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  • How Framing Contractors Can Best Use Bluebeam Revu

    Bluebeam

    This story was originally published by  on the Bluebeam Blog.

    In my last article, we covered the features in Bluebeam Revu that all concrete subcontractors should know. I started the piece saying I’m a firm believer that every specialty contractor could benefit from implementing Revu. To continue with this series, I want to highlight the next subcontractor on site, the framing contractor.

    Let’s look again at some creative ways Bluebeam Revu is being used in the industry.

    It’s the framing contractor’s turn to show off and again prove my theory that every specialty contractor could benefit from implementing Revu in their everyday workflows.

    Whether you’re timber framing single-family homes, multi-family residential or steel stud commercial tenant improvement, this article applies to you. If you’re interested in seeing the more technical side of these workflows in action, check out my article.

    Material Takeoffs: With the complexities of wood framing, estimating would be difficult without some degree of guesswork. Not only do we have different nominal lumber for different wall thicknesses, but we also have different products like glulam, LVL, timbers, Versa, BCI rafters and I-joists with different series, as well as CDX plywood and OSB. With all of those comes a library of sizes, shapes and thicknesses.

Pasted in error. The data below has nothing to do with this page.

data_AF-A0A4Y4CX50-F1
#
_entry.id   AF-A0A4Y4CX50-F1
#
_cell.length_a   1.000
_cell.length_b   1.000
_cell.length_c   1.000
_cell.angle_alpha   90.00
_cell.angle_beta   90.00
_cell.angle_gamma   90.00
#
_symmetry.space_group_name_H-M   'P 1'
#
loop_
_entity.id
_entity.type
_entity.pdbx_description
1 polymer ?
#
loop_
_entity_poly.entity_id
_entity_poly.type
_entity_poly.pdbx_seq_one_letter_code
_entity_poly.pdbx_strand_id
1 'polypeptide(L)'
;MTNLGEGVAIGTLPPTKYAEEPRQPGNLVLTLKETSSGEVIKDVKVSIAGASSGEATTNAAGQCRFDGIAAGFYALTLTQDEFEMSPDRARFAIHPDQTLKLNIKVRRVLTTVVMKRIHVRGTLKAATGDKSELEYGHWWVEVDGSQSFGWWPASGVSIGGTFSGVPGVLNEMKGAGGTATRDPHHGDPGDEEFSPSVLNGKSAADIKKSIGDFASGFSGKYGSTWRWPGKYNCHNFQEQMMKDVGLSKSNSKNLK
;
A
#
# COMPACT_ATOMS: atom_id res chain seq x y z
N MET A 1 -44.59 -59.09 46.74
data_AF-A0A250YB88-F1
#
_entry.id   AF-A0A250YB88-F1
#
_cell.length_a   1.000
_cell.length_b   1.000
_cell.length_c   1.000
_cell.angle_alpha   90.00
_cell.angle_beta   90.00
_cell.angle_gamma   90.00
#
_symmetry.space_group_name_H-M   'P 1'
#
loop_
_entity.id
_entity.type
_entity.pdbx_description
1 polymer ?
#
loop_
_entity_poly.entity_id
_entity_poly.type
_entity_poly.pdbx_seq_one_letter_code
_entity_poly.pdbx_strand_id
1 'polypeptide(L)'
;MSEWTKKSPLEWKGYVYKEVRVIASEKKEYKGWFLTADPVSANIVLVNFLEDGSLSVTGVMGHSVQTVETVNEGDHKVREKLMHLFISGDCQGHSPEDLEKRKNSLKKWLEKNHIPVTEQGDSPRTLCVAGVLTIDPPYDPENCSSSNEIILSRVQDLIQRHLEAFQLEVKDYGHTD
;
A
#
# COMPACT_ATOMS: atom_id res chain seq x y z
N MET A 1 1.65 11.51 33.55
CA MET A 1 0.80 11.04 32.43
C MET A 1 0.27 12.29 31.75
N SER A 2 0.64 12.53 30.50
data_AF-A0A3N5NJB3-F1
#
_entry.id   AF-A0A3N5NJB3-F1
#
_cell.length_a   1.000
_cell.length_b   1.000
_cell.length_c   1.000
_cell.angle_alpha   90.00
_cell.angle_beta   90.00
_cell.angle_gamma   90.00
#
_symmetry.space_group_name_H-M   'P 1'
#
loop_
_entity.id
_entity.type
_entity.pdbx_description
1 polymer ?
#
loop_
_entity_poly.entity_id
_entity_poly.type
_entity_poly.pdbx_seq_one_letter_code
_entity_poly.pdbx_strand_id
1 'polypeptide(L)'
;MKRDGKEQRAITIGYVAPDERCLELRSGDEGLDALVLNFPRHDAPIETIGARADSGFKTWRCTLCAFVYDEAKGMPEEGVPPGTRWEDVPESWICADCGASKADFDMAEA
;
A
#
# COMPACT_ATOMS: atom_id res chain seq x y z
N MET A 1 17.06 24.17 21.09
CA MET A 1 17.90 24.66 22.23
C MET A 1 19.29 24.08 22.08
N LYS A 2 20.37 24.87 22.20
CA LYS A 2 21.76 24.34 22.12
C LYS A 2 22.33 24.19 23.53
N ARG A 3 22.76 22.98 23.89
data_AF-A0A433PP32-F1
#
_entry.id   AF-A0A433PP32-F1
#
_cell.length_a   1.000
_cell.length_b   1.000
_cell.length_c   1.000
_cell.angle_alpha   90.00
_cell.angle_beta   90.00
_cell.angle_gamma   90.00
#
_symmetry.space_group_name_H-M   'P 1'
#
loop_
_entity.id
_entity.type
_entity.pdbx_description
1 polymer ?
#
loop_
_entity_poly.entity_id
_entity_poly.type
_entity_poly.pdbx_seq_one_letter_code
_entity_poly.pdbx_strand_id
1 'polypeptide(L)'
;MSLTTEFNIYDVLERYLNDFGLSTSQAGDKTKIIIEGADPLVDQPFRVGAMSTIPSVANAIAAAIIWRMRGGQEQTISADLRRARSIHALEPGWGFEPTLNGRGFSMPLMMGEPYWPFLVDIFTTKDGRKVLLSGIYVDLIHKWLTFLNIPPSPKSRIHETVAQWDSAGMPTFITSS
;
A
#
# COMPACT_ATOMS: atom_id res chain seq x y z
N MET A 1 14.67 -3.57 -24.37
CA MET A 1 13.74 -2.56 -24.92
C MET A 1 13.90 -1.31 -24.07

Do we base on averages for square footage or measure the linear footage of walls? If our material takeoffs are too low, the project is on hold waiting for supply shortages. If it’s too high, we have an owner assuming you’re hauling the lumber they paid for to the next job. Also, when material arrives, how do I know what goes where?

    With the flexibility of Revu, we can build custom tools with formulas embedded to not only get the length of material needed for the facia board, but that same markup could calculate the sub-facia and number of outlookers as well.

    Starting with the end in mind, takeoff tools can be built to calculate several materials at the same time, like an assembly. This allows a chance to embed industry know-how and ensure materials aren’t overlooked. Obviously, you can imagine this method easily translates into the pre-construction of wall panels or modularized construction by applying mark numbers to the panel assemblies.